Milpirri Banner - WIRNTIKI (Bush Stone Curlew)
Lajamanu, North Tanami Desert, Northern Territory, Australia.
The arrow shapes are the tracks of the Wirntiki (Bush Stone Curlew) walking, the straight lines represent the white line on the side of the stone curlew’s face. The curved lines at the bottom are yunta or windbreaks (used for blocking the wind when sleeping outside). The three circles are important places that the wirntiki ancestors travelled to such as Mungkururrpa near the Tanami Downs Station Homestead.
Belonging to Skin Groups:
Jupurrula, Jakamarra, Napurrurla and Nakamarra (Red Group)
The Wirntiki (Bush Stone Curlew) is connected with bush beans which are the edible seeds (pirlarla) of Acacia coriacea (wakirlpirri). Wirntiki also had interactions with Warlu jukurrpa, the fire dreaming (See the Warlu Milpirri Banner). The Wirntiki banner is red group but as the wirntiki ancestors travelled further north towards Ngurunyku (Lake Buck) they changed skin to the Japangardi, Napangardi, Japanangka, and Napanangka (green group) and become the responsibility of a different set of families.
Tim Jupurrula Kennedy (dec.), or Jacko Jakamarra Gordon (dec), 2005.
Jacko Gordon Jakamarra: His bush name was Tingiyari Jakamarra. Born near Mongrel Downs station at a place called Rilyka known for Pirlarla (bush bean). His language group was not Warlpiri but rather the Kartangarurru, whose country is around the jump up in the road between Tanami Mine and Lajamanu. His country is Wirnmawarnu. He used to paint Pirlarla, Ngapa and Wintiki Dreamings. He lived at Lajamanu and painted with his two wives, Lizzie and Susan Napaljarri. He was one of the original group of artists at Lajamanu in 1986. Jakamarra was a Ngangkari or spiritual healer; as an elder he was a regular participant in recording cultural knowledge during country visits and sacred site surveys.
Ngamirliri, kakarda kirrirdiyijala kujaka nyina, parrulkapiya, wurliyaju witalku ka wapa - wuurnpa. Kirrirdipardu wita - ngamirliriji. Ngulaju - puunpuunpa - palkaju yumurruju. Walyawalya-piya yangka. Kala ngari puunpuunpa-nyayirni. Ngamirliriji, kirrirdiyijala ka wapa walyawana, parrulkapiya, parrulka ka wapa walyangka, nyanungu ka wapa walyawanayijala. Ngulajangkaju, paarr-pardimilki ka kankarlu, ngurungkalku ka yani - ngamirliriji. Pirri-manirra ka walyangkayijala ngaka wurnturu. Ngamirliri, ngulaji kirrirdipardu. Nyanungu-piya-kula-jala parrulka-piya, kala jalja-juku karla nyinami. Kutu-kula-jala kala kirrirdi-jiki-jala ka wapamija ngamirliriji. Kirrirdi wirnpiwirnpi. Mirrijilki kirrirdimpayi. Ngamirliriji. Mungarlangurla-jala yika wapa ngamirliriji, kala, kulalpa mungangka wapayarla wardilyka. Ngulaji ka jarda-jala nguna, marnawana parntarri, ngamirliri ka wapami mungangkaju. Ngamirliri ka watiyarla yintirdirla nyina, kulaka yujuku-wanarlangu wapa - nyinami ngamirliri, ngari ka yintirdi-miparla parrangkaju parntarri - kaninjarni yangka. Ngulanya ngamirliriji. Kulakarna pina nyina miyiki ngamirlirikirlanguku, karija ngurrpangka yika ngarni - ngaka mungangka ka wapami.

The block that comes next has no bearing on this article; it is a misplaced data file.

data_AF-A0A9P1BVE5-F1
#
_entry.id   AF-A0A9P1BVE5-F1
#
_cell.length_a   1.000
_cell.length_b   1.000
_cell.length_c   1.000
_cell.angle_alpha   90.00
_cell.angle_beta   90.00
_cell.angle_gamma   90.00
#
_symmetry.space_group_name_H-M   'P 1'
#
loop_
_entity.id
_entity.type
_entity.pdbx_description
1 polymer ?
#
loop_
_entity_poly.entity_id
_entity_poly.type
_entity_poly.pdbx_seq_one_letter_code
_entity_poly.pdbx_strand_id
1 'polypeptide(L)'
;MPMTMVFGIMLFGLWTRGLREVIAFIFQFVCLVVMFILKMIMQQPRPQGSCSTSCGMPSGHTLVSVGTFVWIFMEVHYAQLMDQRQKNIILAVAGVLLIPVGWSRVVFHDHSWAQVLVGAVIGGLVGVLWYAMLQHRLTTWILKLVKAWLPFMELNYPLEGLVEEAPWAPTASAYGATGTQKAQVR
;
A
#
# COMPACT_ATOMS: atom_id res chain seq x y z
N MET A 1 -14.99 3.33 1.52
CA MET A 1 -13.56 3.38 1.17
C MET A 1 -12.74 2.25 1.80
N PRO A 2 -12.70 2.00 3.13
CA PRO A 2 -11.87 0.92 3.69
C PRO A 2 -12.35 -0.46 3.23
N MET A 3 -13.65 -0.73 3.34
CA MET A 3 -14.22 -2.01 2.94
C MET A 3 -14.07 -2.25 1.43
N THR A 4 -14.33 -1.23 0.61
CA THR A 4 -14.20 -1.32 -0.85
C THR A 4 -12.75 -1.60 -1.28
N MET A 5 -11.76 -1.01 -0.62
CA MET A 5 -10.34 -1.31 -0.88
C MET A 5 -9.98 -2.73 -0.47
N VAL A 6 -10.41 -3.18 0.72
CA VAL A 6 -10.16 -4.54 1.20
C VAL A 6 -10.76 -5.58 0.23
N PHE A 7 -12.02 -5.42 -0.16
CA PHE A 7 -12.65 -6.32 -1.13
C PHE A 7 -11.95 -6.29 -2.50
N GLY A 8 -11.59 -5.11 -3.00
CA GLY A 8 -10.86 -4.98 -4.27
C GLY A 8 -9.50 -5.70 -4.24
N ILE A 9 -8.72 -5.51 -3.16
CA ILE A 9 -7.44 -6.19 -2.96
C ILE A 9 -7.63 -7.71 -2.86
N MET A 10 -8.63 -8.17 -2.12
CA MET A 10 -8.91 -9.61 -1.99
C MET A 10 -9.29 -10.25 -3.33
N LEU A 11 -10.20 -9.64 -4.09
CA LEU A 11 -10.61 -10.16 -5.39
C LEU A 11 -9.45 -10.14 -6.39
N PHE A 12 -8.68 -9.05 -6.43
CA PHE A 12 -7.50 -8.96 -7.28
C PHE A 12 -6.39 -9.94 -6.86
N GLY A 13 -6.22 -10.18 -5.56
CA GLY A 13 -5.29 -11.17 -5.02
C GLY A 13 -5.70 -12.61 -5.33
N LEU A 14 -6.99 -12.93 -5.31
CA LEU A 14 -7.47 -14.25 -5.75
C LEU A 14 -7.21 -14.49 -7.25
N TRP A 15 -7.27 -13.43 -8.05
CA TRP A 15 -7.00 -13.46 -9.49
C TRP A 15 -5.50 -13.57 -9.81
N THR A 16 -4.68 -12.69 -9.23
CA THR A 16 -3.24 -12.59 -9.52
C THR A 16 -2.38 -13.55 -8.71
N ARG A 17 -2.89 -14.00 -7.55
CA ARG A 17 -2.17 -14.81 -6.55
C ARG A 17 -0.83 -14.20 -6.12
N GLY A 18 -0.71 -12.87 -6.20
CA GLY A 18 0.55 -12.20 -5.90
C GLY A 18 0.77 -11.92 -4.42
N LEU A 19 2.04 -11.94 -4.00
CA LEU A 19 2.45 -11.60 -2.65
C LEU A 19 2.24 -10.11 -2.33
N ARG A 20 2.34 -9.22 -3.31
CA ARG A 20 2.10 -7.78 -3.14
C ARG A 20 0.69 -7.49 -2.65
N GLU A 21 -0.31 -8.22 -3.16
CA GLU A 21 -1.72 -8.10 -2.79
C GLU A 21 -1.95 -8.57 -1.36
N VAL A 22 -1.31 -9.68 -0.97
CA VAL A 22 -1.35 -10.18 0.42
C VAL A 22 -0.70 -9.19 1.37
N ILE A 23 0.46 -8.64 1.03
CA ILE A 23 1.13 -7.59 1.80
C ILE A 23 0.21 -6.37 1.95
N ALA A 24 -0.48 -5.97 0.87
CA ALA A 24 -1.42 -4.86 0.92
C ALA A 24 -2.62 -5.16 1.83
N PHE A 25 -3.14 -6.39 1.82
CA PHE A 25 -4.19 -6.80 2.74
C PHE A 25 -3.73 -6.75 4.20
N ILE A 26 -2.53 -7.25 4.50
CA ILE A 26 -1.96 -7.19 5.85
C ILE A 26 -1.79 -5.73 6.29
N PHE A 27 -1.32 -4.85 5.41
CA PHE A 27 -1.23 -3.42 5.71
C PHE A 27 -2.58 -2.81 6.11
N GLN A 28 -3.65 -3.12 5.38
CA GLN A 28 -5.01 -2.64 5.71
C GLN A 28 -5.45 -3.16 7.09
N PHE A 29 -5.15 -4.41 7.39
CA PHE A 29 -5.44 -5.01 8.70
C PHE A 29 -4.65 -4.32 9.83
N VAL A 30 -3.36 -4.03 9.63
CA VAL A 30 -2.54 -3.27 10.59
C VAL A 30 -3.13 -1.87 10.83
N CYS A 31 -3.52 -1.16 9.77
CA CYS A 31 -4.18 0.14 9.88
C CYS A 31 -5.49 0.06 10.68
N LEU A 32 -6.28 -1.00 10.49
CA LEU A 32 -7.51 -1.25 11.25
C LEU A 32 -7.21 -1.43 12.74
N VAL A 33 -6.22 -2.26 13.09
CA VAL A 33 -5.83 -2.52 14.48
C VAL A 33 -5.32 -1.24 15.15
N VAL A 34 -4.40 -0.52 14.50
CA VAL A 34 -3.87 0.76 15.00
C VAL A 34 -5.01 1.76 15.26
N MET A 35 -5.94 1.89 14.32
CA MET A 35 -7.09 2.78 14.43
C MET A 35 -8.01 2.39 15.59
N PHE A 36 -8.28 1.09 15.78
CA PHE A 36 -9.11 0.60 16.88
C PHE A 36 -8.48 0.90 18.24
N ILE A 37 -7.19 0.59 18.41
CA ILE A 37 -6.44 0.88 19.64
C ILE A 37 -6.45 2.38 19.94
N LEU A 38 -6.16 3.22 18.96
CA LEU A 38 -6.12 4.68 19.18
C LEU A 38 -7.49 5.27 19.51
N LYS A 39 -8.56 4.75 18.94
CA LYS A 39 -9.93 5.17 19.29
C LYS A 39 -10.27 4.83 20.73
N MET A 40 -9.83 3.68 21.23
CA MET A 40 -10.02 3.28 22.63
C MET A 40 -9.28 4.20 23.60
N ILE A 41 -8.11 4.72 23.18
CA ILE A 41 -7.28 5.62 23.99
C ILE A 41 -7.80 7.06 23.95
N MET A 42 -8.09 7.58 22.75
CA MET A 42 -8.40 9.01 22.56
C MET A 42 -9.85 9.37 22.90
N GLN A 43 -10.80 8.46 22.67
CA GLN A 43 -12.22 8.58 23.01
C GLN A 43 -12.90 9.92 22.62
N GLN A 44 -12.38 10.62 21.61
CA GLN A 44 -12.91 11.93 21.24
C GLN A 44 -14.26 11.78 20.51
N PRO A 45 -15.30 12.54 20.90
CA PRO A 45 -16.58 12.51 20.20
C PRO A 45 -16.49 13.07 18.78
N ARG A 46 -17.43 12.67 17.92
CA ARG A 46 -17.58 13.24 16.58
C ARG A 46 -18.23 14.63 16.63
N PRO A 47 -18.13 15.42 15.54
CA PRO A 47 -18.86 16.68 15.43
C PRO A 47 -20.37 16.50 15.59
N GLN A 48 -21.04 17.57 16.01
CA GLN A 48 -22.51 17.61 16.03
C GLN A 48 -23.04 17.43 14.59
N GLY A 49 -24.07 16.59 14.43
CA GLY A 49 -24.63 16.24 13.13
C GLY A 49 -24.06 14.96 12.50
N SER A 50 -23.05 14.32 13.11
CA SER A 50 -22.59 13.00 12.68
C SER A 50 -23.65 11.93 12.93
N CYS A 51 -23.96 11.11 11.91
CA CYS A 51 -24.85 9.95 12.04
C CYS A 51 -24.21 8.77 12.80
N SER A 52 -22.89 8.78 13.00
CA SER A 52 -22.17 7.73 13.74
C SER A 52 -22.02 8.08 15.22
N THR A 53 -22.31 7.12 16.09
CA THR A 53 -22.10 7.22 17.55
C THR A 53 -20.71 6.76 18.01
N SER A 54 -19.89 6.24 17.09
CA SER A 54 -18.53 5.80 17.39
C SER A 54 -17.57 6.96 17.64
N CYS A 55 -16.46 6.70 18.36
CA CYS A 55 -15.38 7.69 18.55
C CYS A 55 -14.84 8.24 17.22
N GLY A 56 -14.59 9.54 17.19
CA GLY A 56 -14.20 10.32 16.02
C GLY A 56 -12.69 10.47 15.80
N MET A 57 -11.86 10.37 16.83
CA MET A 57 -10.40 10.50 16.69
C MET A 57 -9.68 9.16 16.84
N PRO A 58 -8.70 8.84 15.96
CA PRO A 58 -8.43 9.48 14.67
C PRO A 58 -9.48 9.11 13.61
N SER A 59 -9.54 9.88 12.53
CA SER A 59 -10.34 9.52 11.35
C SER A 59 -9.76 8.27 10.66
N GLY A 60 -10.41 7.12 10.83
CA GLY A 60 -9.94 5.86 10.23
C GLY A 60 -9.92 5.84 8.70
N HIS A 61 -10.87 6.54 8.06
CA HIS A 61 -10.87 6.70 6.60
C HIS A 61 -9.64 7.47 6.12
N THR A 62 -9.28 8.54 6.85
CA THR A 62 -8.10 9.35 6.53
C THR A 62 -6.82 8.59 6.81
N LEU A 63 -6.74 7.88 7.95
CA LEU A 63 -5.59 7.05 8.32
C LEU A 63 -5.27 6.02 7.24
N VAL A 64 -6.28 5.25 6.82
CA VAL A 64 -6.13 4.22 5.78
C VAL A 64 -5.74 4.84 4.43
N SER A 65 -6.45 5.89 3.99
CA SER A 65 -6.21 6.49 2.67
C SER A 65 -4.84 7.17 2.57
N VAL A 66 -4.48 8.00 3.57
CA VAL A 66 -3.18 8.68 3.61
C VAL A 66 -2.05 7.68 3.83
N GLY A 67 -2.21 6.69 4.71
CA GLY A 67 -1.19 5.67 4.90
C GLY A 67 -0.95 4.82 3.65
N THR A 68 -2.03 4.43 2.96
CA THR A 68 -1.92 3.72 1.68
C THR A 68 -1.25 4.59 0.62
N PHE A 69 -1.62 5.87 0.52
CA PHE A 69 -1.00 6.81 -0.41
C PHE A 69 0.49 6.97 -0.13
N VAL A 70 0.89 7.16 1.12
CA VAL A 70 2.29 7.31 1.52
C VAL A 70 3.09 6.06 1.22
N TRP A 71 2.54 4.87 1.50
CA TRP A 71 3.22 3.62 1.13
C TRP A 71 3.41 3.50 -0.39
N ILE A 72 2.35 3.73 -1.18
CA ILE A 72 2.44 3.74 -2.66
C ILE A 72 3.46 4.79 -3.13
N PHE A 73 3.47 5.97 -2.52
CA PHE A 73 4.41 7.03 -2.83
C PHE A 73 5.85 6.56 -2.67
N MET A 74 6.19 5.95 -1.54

The Stone Curlew, which also has a long neck, like a bustard, has little feet. They are narrow and a little long and thin. The Stone Curlew is reddish - that is the down on its body. It is the colour of the earth. It is just very reddish-brown. The Stone Curlew walks tall along the ground, like the bustard. The bustard walks on the ground, this one walks along the ground also. Then it takes off, flies up high in the sky. The Stone Curlew then lands somewhere else in the distance, where it then walks around on the ground. The Stone Curlew is tall. It is actually like the Bush Turkey, but a little less than it in size. But the Stone Curlew is actually still tall. It is long and very thin. Its legs are very long. It's at night that the Stone Curlew moves around. But the Bush Turkey doesn't move around at night. It sleeps, crouched in the spinifex grass, while the Stone Curlew walks around at night. The Stone Curlew perches on the stump of a tree, it doesn't move around nests for instance, it just sits, it just perches on a tree-stump during the day - under one.
Kajili yapangku purda-nyanyi ngamirliri wangkanja-kurra: "Kiwirlirli...", ngulaju maliki panu kalu palka nyina. Wita-wita kalu lirri-nyina warnapariji.
If someone hears the Stone Curlews going "kiwirlirli" then there are many dogs around. There are many baby dingoes gathered at that place.
Ngamirliri ka kiwirlirli-kiwirlirli-wangka mungangka. Kajilpa ngamirliri wangkayarla mungangka ngurra-wana kutu, kajilpa ngatinyanurlu purda-nyangkarla jamulu, kajika tururr-ngunamirra-jala kurduju - ngamirliri kajilpa kiwirlirli-kiwirlirli-wangkayarla.
The ngamirliri bird calls out at night going kiwirlirli-kiwirlirli. If it calls out like this at night somewhere near where people are sleeping and if a mother hears it and does nothing about it, then her child might throw a trembling fit - that's if the curlew calls out.
Kaminarlu-wiyi kalarna purranjarla ngarnu ngamirliri kuyu-wangurlarlu.
When I was a young girl I cooked and ate a curlew when we had no (other) meat.
Source: Dictionary Source: Laughren, M., K. L. Hale, and Warlpiri Lexicology Group, 2005 Warlpiri-English Encyclopaedic Dictionary. (Accessed Via Kirrkirr Interface to Electronic Files.) University of Queensland.